Identity theft is the process of attaining an individual’s personal and sensitive information for committing fraud under their name. This could include unauthorized transactions and various purchases.
Understanding Identity Theft
An individual’s Social Security Number (SNN), credit card information or bank account details are all sensitive information. This information grants direct access to a person’s finances, and when someone steals this information from you, they can use it against you.
They can use this information for illegal transactions, such as wiping out your bank account clean. For example, an identity thief could look in trash bins for transaction receipts to get the necessary info to commit the fraud.
However, there are much faster and more sophisticated methods of committing these frauds. For instance, an identity thief could access the government database and extract your personal information.
These thieves can ruin your credit rating, leave you financially vulnerable and eat up all your financial benefits without you realizing it. This can also endanger your personal information in the future.
Most fraud is committed digitally since performing these acts remotely is much easier to carry out. However, hackers can get ahold of information physically by stealing discarded computer hardware or rummaging through the garbage for sensitive information.
Types of Identity Theft
There are various kinds of identity theft that you should know about. These are as follows
Financial Identity Theft
The most common kind of identity theft is the financial one, in which the thieves compromise the finances of an individual. The thieves can use your personal information to gather your credit, goods, services, or benefits without your consent in financial identity theft cases.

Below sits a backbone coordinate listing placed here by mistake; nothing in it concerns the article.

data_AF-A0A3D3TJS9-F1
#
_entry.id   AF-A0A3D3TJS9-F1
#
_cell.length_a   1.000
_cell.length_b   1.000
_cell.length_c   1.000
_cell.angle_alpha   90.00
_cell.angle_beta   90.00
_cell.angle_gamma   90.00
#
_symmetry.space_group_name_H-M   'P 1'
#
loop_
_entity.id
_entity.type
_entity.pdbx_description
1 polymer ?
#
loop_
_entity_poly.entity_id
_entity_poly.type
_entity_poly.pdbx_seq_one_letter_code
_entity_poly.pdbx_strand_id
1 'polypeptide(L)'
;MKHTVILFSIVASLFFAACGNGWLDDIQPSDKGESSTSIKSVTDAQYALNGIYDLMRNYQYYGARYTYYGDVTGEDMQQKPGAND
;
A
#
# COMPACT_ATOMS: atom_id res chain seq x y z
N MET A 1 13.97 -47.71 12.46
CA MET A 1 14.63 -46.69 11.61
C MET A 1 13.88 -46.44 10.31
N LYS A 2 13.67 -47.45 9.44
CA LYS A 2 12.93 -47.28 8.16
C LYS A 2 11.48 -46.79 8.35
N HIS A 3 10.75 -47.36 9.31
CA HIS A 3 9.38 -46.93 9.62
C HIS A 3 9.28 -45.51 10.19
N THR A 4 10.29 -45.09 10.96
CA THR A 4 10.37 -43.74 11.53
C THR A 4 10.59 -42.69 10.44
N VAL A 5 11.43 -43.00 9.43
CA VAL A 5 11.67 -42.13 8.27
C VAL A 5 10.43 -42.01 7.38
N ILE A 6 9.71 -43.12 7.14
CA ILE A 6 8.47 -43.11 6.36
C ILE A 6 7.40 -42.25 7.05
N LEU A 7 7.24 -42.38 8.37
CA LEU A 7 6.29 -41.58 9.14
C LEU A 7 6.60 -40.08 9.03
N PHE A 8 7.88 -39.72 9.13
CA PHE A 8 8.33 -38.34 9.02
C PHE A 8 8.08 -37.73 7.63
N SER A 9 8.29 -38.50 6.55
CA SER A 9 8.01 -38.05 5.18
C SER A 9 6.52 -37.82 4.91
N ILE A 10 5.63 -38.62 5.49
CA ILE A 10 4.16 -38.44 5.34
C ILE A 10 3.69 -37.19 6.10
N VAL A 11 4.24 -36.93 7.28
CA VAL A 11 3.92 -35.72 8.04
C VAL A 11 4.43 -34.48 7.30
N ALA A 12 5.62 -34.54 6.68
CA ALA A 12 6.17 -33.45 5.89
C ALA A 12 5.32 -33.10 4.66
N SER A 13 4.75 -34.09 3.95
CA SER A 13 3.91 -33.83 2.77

Medical Identity Theft
Medical identity theft revolves around impersonating another person to take their health benefits such as free medical care. This may seem insignificant, but can cost you thousands of dollars, if you aren’t careful.
Synthetic Identity Theft
Synthetic identity theft revolves around using real and synthetic information to register new accounts, loans, and benefits under a person’s name. For example, an identity thief may register a new bank account under your name and use it to carry out fraudulent activities. Similarly, others might steal money from credit card companies, or insurance providers through false claims under your name. While synthetic identity theft usually takes the longest to prepare, it is the most dangerous one.
Child Identity Theft
The child identity thieves use the name of a child or its identity for various gains. It is because the children do not have dangerous information connected to them, making child identity theft an easy way out. For example, fraud may use the child’s social security account to obtain a residence, credit cards, loans, etc.
Close family members are the victims of these kinds of child identity frauds. Similarly, some identity and info thieves may access information about a deceased and manipulate it for financial gains.
Tax Identity Theft
A thief may use another person’s information for filing bogus federal or state tax returns, which could take thousands of dollars from your account and transfer it to the fraud. This also leaves you without the tax refund you deserve in your time of need.
Criminal Identity Theft
A criminal poses as another person to carry out illegal activities in this kind of theft. They may use another person’s information to avoid summons, prevent warrant issuance notification, and avoid arrest and conviction records in the government database.
What Can You Do About It?
Identity theft is a serious concern that can cost individuals thousands of dollars if they aren’t careful enough. However, there are ways to prevent identity theft against your name and keep yourself safe. For example, you can check the accuracy and records of your personal information and highlight any unknown activity you see.
You should consider the slightest deviance too because the fraudsters usually run a test transaction of a smaller amount before making the actual theft. Alerting the concerned authorities on time before they make any such moves can help you in the long run.
If you suspect that you are facing identity theft, contacting the IdentityTheft.gov site is a wise move to make. It is a website run by the Federal Trade Commission and provides information on how to deal with identity theft.
This also applies to spoofing scenarios where thieves may pose as a legitimate business or a known department professional to obtain personal information.
We suggest you check out the Steps for Identity Theft Recovery to avoid any financial, legal, or emotional liabilities. These steps will guide you all about what you need to know about dealing with identity theft and reporting it to the concerned authorities.